Curcumin plus silymarin acts against cancer
A study reported recently in the Journal of Cancer found a synergistic effect for the combination of silymarin (a compound occurring in milk thistle) with curcumin (derived from turmeric) against colorectal cancer cells.
"A single phytochemical at high concentration may exhibit anticancer activity," observed authors Amanda Montgomery and colleagues at Saint Louis University. "By combining two phytochemicals, anticancer activity at much lower doses has been sought."
Using three different human colon cancer cell lines, the researchers evaluated the effects of varying doses of curcumin, silymarin, and curcumin combined with silymarin in comparison with controls. Cell proliferation and apoptosis (programmed cell death) were assessed after administration of the compounds.
A significant difference was found between single compound-treated cells and cells treated with both compounds. Combination treatment inhibited significantly more cell growth compared to silymarin alone at all concentrations evaluated. For curcumin alone, only higher concentrations inhibited cell growth to a similar extent as that of curcumin plus silymarin.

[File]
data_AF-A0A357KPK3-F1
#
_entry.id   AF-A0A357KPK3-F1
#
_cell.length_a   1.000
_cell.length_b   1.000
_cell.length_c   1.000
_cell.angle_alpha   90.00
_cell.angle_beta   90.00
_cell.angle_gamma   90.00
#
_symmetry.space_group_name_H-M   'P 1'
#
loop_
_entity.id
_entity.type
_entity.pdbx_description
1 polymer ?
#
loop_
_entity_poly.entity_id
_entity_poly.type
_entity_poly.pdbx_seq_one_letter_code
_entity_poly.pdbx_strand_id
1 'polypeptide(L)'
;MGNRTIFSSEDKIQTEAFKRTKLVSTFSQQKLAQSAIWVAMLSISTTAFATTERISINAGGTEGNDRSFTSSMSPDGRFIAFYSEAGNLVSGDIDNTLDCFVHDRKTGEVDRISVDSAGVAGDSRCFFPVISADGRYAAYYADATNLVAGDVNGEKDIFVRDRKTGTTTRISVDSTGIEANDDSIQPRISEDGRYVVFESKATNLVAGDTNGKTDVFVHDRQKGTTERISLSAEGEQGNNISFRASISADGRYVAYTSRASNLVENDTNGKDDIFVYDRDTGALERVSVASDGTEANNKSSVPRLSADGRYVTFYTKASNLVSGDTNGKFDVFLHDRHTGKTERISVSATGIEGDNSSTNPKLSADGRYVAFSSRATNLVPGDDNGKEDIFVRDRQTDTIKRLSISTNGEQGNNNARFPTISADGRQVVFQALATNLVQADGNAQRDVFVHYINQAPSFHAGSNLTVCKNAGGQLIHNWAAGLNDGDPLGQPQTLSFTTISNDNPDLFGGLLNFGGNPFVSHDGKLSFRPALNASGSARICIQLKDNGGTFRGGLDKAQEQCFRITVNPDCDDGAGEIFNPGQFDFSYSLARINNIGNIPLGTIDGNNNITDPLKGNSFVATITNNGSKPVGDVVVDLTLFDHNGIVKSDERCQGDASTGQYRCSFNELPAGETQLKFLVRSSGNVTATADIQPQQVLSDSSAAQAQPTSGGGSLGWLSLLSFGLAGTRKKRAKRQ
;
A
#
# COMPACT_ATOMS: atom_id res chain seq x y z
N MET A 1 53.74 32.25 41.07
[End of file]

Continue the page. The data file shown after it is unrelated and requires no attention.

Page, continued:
While cells treated with silymarin alone had low levels of apoptosis that did not significantly differ from that of the control cells, the combination of silymarin with curcumin increased apoptosis by a factor of five. Further investigation led to the conclusion that curcumin sensitizes cancer cells to silymarin's effects.
In their discussion, Dr Montgomery and colleagues cite previous research in which curcumin has inhibited proliferation and induced apoptosis of several cancer types. Both curcumin and silymarin have been found to inhibit nuclear factor-kappa beta (NF-kB) activity, which regulates proteins involved in cancer survival. "Future studies will explore the NF-kB and apoptotic pathways to understand synergisticeffects of curcumin and silymarin on colon cancer cells," they conclude.